God’s intervention makes for a minor miracle. Joan’s history teacher, we learn, gave up a promising music career to go into education, but he began “mailing it in” years ago, “a teacher’s greatest fear.”

Teacher: Before this event, I was going to quit. This was going to be my last year. It was causing me a lot of pain. I was surrendering in defeat, like the French at Agincourt, floundering in the mud of my students’ indifference. But I made you care about history, Miss Girardi. I don’t know how I did it, but I did, and that’s the whole point! You inspired me to take back my crown. I thank you.
Joan: You have no idea how incredibly cool this is. 
Teacher: Oh, yes I do. 

Next week: “Drive, He Said” and “The Uncertainty Principle”

To Read this Entire List of Catholic Fiction!

Thanks to Karen for forwarding this list of Catholic fiction from Amazon, in response to my post earlier today. Your further comments are welcome here or there.

Survey #3: Because of What Catholic Fiction?

A few weeks back I asked readers to cite poems that have inspired them. The results, summarized a few days later, sent me off in search of verse by Donne, Thompson, Yeats, and Auden. Next, I asked for hymns, and because my knowledge of music is even poorer than my knowledge of poetry, I let the comments at the bottom of this post serve for summary.

It’s time for Catholic fiction. Having explained why I found Kristin Lavransdatter moving and Brideshead Revisited seriously amusing, I am now on the hunt for inspiring fiction written by Catholics. Any Catholic fiction will do, as long as it inspires, as long as it makes a man or woman say, “Yeah, a Catholic wrote that, and I’m proud to say I’m a Catholic too.”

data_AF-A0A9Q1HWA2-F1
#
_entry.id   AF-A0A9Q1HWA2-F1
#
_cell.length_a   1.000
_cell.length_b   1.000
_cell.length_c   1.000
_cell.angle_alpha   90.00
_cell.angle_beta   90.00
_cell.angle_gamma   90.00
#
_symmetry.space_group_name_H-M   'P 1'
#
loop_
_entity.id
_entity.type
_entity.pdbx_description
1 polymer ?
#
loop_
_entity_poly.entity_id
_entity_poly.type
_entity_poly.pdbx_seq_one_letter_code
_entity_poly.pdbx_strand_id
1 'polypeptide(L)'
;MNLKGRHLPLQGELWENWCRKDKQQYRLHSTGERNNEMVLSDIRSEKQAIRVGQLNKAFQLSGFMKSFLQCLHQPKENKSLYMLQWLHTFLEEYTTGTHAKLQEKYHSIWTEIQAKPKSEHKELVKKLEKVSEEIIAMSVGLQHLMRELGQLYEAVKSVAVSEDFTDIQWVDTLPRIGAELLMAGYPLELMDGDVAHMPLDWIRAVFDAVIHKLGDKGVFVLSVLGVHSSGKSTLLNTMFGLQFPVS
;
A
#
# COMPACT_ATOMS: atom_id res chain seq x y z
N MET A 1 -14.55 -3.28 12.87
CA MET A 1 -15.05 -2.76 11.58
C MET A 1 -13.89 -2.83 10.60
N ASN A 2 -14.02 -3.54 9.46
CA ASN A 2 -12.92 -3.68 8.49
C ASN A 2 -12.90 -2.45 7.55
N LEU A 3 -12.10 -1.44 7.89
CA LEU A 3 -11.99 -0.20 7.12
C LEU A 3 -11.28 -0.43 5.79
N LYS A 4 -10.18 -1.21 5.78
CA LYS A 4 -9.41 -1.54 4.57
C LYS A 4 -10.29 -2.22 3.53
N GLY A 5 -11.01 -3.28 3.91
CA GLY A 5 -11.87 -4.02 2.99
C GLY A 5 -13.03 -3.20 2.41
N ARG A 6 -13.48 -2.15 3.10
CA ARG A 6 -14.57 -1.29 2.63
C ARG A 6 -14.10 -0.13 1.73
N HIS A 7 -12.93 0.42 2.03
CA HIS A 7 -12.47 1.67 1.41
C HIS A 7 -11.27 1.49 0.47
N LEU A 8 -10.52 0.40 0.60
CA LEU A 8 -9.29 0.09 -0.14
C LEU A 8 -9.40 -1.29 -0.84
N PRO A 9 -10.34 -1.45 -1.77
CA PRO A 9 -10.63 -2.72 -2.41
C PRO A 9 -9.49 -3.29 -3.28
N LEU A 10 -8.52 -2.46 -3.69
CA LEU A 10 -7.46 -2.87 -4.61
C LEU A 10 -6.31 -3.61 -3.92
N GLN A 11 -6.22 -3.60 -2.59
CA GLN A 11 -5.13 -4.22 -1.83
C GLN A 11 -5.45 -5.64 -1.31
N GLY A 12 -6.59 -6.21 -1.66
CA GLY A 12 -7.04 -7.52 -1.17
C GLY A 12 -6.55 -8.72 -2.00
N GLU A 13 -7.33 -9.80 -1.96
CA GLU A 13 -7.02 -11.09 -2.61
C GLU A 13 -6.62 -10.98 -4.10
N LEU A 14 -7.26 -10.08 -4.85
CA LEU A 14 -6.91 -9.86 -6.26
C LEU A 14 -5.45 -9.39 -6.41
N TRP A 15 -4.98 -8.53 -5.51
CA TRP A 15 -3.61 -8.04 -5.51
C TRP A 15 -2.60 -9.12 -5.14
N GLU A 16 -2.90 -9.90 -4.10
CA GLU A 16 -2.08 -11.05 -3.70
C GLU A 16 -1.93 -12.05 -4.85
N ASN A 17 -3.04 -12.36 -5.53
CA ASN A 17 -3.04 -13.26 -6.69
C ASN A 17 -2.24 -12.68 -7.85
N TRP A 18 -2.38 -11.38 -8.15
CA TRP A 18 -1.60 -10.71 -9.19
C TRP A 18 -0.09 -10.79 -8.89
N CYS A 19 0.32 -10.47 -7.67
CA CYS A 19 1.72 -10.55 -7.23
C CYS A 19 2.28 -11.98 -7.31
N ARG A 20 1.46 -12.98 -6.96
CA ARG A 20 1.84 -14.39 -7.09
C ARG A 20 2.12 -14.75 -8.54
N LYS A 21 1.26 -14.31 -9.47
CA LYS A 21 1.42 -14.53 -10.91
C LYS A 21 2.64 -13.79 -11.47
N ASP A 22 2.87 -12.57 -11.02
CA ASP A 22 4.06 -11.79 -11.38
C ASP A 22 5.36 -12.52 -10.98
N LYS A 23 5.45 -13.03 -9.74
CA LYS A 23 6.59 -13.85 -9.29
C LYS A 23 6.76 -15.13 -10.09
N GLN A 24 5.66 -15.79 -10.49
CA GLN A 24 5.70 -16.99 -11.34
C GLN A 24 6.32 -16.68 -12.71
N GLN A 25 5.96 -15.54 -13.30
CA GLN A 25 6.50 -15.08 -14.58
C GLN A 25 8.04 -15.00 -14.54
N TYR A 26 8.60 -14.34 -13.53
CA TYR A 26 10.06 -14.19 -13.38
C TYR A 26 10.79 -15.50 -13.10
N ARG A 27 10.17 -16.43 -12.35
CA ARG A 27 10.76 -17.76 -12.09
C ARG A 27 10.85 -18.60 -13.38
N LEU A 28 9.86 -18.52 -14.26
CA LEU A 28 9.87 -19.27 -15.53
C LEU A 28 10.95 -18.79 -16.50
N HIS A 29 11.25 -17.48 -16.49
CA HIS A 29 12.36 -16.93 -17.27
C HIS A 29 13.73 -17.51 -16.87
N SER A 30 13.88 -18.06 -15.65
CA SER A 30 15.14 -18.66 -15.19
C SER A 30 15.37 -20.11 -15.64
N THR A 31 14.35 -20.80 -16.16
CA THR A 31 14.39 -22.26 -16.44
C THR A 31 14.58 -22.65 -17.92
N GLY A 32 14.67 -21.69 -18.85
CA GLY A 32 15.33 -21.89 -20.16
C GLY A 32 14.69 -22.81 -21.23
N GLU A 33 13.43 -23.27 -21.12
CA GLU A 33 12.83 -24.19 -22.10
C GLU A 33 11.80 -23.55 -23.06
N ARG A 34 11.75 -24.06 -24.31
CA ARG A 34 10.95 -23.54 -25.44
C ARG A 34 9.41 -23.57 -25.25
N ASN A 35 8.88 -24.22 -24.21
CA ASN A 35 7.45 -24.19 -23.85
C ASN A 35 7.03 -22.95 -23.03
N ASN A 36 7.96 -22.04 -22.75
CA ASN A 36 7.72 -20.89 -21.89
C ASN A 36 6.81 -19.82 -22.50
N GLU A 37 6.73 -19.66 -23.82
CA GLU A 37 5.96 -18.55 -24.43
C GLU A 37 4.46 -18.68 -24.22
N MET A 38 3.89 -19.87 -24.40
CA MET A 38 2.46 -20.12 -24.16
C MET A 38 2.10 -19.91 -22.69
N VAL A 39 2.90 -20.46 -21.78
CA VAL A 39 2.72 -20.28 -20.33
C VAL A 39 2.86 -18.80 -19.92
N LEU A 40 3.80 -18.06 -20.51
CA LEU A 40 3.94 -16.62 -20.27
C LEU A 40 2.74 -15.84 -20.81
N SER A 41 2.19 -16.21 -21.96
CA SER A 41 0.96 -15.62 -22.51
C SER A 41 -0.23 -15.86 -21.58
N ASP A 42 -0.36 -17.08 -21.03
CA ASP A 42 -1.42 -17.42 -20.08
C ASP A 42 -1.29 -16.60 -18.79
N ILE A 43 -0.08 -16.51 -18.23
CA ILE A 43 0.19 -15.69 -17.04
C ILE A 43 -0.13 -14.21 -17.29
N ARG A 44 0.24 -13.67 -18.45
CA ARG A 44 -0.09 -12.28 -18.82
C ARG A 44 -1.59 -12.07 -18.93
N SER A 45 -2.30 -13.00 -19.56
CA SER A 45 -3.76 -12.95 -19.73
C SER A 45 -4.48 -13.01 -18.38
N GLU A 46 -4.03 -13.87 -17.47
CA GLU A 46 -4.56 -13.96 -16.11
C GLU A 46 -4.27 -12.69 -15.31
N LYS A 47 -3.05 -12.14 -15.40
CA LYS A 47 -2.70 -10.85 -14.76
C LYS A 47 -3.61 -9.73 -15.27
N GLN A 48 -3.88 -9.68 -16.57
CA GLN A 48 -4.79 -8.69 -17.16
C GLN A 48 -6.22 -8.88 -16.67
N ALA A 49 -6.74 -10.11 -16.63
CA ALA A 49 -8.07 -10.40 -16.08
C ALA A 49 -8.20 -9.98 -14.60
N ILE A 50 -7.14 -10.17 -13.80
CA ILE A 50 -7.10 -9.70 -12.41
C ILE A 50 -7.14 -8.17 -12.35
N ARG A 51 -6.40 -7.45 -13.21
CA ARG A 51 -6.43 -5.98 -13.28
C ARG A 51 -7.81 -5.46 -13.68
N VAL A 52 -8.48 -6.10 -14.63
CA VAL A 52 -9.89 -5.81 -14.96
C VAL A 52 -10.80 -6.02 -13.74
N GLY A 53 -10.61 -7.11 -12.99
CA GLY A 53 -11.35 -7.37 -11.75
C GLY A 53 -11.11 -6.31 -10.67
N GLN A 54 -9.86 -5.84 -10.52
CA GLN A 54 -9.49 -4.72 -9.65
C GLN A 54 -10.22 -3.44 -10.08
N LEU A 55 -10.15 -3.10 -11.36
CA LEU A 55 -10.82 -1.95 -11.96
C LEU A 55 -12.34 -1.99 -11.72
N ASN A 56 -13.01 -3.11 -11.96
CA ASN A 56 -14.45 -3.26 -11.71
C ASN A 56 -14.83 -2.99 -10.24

Meanwhile, I’m going to settle down with a library copy of In this House of Brede by Rumer Godden, because two of you recommended it today.

Because the Holy Ghost Over the Bent World Broods

I was really, seriously thinking about throwing this blog overboard a couple of days ago. It’s a long story, but I wrote the short form to a friend last night: I have been trying to navigate past shoals inner and outer. It is hard to avoid capsizing a tiny vessel like this. You want to keep it real, but you have to keep it confidential as well, all the while holding your inner demons at bay. We all have them, I imagine. I know I do. I know it now.

Enough mystery: Yesterday morning, I was really down about it all—loving the writing, hating much else about the process. I had sworn to at least one beloved person in my life: That’s it! Final post! I’ve had it. Then I received an e-mail from an American woman I will call Roberta.

Roberta wrote me a few weeks back about her struggles with the Church, which were effectively political. She loves the Church, but can’t understand the attitudes of many within the Church. Yesterday morning, as I was writing my blogger’s suicide note in my mind, Roberta wrote that she had begun attending daily mass again—because of this blog. I was flabbergasted. Then I began blubbering.

My poor daughter Martha: She and I had a 1 pm phone appointment to discuss a book project we are co-authoring, but the moment I said hello, she knew I was in trouble. By that time, sandbagged by Roberta and beset with memories of my father, together with missing my daughters, and so on and so on in a sort of emotional avalanche, I was a basket case. Fortunately, Martha understands her dad pretty well.